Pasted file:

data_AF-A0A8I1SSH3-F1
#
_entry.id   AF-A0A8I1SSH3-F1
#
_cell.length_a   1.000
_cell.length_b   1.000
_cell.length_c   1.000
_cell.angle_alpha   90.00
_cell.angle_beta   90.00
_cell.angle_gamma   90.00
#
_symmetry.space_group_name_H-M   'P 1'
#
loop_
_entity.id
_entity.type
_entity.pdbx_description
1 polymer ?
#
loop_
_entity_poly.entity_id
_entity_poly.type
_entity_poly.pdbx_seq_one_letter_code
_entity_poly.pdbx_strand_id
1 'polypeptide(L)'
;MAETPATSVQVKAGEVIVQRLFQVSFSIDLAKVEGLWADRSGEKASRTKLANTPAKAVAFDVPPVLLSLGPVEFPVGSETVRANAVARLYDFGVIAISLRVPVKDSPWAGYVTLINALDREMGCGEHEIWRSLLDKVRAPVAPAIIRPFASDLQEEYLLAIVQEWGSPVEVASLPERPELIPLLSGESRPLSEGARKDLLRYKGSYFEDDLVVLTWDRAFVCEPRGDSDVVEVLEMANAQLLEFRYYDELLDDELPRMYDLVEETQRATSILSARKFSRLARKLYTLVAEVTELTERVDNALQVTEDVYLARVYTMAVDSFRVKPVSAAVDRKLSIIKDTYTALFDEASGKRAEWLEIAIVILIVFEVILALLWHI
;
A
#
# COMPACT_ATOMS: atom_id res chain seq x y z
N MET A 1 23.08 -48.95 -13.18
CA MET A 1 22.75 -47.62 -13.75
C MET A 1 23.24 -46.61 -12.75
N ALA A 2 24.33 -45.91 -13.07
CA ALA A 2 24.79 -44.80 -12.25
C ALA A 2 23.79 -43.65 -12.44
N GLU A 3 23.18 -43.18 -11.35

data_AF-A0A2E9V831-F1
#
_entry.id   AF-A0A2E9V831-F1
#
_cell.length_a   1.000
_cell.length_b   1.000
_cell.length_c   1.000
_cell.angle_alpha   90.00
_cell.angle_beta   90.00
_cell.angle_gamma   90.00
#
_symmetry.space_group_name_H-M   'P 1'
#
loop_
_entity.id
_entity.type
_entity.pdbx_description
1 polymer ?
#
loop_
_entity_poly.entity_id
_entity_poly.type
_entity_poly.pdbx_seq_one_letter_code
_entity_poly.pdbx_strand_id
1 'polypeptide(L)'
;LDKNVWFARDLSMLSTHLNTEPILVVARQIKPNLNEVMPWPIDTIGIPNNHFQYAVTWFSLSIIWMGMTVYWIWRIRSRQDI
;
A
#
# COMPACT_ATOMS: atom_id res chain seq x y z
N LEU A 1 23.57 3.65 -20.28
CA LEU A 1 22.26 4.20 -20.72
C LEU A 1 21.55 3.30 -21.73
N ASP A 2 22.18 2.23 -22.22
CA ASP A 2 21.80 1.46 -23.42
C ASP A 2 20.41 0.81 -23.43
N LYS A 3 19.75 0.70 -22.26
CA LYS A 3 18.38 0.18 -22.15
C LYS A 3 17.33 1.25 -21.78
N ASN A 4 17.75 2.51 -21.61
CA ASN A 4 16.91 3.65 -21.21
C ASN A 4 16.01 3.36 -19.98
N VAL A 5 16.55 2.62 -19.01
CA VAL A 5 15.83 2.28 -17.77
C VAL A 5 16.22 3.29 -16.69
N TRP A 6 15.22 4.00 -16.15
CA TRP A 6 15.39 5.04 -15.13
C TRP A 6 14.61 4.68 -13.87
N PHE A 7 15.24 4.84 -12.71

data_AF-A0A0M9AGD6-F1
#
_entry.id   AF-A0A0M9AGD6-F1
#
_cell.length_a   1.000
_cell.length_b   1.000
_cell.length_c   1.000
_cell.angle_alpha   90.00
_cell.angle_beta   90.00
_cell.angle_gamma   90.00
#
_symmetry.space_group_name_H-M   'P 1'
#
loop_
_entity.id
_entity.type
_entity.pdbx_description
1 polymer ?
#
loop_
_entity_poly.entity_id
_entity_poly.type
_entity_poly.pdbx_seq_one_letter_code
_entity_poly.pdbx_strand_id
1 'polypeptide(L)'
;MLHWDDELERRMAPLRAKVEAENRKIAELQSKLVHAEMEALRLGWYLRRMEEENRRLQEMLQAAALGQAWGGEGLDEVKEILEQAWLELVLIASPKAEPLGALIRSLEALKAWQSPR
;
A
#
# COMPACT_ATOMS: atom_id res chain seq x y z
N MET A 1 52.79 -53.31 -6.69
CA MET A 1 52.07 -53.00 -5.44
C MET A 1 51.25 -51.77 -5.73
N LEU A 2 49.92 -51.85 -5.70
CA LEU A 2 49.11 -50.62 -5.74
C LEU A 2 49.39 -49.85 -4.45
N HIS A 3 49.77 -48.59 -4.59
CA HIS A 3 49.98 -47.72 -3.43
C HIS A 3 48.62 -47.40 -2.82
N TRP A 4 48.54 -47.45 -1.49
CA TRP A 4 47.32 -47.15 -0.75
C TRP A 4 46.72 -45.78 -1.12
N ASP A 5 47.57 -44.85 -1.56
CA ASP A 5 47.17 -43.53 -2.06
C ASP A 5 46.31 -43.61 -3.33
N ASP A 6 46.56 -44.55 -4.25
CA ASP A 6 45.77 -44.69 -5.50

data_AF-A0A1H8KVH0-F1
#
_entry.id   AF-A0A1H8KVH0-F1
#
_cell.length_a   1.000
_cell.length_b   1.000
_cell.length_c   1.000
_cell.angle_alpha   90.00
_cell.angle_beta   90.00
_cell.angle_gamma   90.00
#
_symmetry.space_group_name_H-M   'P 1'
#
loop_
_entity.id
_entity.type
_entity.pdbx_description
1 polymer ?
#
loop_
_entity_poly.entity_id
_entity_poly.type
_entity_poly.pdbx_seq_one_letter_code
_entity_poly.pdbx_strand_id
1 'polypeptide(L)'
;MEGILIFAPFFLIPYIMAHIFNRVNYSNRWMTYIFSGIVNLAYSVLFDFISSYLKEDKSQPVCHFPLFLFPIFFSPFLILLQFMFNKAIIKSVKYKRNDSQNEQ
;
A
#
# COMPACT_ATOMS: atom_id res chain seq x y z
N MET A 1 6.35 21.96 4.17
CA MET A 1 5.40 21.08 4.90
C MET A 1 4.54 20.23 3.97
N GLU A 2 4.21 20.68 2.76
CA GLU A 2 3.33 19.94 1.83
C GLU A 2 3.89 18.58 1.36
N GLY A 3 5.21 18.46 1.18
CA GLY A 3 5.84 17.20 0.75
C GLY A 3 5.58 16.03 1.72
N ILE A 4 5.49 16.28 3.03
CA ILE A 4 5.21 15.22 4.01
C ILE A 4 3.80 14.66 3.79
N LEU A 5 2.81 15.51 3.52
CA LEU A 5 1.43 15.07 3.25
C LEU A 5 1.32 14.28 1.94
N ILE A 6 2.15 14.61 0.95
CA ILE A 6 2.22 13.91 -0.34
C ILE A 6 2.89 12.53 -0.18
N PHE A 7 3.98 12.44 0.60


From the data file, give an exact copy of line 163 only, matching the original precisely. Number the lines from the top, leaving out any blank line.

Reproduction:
# COMPACT_ATOMS: atom_id res chain seq x y z